Mentions: Dorsal root ganglia (DRG) sensory neurons are a well-established model for axon guidance and growth cone motility studies [37]. We characterised the behaviour of embryonic rat DRG growth cones in an in vitro growth cone turning assay [38]. Using experimental parameters comparable to those used in other cell types [34,35], DRG growth cones showed reliable responses to attractive and repulsive guidance cues (Figure 1). Isolated DRG growth cones in acute primary culture turned towards micro-gradients of BDNF and Netrin-1, and were repelled by Semaphorin-3a (Sema-3a) when compared to vehicle-only experiments (Figure 1A–C). These effects were specific to turning and did not affect other cytoskeletal events, since axon extensions did not differ significantly between guidance cues (Figure 1D).

Bottom Line: Conversely, Homer1 knockdown had no effect on repulsion to the calcium-independent guidance cue Semaphorin-3A.In addition, immunocytochemistry revealed the close association of Homer1 with the store-operated proteins TRPC1 and STIM1 within dorsal root ganglia growth cones.These experiments provide evidence that Homer1 is an essential component of the calcium signalling repertoire within motile growth cones, regulating guidance-cue-induced calcium release and maintaining basal cytosolic calcium.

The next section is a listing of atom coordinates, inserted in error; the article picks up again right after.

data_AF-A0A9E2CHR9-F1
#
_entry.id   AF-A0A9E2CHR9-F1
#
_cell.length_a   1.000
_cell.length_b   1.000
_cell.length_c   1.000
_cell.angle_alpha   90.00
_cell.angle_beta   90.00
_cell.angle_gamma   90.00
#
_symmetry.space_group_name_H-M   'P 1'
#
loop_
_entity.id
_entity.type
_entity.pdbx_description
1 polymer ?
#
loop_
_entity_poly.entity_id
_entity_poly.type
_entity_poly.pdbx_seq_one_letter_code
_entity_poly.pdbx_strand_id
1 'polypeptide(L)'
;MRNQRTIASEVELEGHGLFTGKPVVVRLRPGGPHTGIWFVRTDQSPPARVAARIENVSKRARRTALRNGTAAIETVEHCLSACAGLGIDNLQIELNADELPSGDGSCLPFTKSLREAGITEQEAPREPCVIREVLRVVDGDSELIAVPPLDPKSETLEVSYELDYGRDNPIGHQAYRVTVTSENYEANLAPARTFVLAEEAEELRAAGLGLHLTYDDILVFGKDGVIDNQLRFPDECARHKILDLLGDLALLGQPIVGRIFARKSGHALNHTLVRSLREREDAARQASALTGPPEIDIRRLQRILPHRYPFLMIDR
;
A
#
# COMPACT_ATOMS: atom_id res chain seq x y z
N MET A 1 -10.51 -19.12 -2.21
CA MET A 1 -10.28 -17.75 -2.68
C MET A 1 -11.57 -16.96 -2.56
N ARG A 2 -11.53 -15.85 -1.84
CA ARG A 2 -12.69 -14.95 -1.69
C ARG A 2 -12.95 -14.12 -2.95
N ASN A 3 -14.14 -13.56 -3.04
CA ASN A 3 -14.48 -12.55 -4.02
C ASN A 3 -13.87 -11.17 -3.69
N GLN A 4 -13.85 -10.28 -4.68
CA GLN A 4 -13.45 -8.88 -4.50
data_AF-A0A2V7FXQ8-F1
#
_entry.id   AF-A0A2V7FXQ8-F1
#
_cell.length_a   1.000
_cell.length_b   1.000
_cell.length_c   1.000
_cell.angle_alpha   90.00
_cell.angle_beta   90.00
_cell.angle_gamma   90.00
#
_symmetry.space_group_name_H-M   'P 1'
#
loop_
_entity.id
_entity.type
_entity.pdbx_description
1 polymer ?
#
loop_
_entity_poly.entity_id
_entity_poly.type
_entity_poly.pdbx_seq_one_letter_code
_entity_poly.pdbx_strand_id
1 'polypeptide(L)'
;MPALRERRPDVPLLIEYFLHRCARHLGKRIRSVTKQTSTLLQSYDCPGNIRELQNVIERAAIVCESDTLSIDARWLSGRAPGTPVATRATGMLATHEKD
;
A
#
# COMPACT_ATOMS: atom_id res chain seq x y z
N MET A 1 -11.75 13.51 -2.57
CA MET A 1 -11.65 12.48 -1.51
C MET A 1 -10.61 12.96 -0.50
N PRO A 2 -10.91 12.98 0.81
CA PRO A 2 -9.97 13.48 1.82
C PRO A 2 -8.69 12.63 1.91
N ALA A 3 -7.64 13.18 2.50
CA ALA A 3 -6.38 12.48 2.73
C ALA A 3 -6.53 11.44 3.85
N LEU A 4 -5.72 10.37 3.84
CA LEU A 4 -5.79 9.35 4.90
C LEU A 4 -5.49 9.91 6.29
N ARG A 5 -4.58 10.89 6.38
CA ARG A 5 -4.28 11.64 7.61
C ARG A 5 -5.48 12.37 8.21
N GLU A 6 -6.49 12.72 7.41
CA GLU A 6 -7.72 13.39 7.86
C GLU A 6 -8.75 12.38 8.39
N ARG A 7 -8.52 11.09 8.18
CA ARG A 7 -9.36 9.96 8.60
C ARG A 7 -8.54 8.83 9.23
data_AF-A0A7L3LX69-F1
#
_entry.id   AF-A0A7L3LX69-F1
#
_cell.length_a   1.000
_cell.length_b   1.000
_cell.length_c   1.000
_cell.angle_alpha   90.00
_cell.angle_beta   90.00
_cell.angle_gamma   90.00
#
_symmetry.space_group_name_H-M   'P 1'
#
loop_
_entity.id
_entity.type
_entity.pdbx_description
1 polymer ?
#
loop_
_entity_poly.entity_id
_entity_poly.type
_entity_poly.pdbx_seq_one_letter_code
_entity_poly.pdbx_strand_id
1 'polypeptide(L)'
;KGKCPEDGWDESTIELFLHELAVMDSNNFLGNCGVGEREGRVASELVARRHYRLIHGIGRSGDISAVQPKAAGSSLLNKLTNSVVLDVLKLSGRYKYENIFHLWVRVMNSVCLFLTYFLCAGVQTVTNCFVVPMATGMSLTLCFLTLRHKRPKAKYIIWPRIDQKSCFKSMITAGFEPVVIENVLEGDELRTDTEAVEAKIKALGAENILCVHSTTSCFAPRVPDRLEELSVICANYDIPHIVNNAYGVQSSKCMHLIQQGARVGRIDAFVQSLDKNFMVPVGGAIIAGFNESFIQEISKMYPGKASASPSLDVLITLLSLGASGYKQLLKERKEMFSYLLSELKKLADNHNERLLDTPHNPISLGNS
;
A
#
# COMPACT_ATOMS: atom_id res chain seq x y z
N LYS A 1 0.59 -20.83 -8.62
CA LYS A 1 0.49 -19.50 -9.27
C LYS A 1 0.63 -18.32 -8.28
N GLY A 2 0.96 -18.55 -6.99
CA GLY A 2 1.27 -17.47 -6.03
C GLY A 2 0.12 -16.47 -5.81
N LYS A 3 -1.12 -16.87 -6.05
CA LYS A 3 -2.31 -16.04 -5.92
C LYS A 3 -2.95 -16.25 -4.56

View Article: PubMed Central - HTML - PubMed

Affiliation: School of Medicine, University of Tasmania, Hobart, 7001, Tasmania, Australia. robert.gasperini@utas.edu.au

ABSTRACT

Background: Homer proteins are post-synaptic density proteins with known functions in receptor trafficking and calcium homeostasis. While they are key mediators of synaptic plasticity, they are also known to function in axon guidance, albeit by mechanisms that are yet to be elucidated. Homer proteins couple extracellular receptors - such as metabotropic glutamate receptors and the transient receptor potential canonical family of cation channels - to intracellular receptors such as inositol triphosphate and ryanodine receptors on intracellular calcium stores and, therefore, are well placed to regulate calcium dynamics within the neural growth cone. Here we used growth cones from dorsal root ganglia, a well established model in the field of axon guidance, and a growth cone turning assay to examine Homer1 function in axon guidance.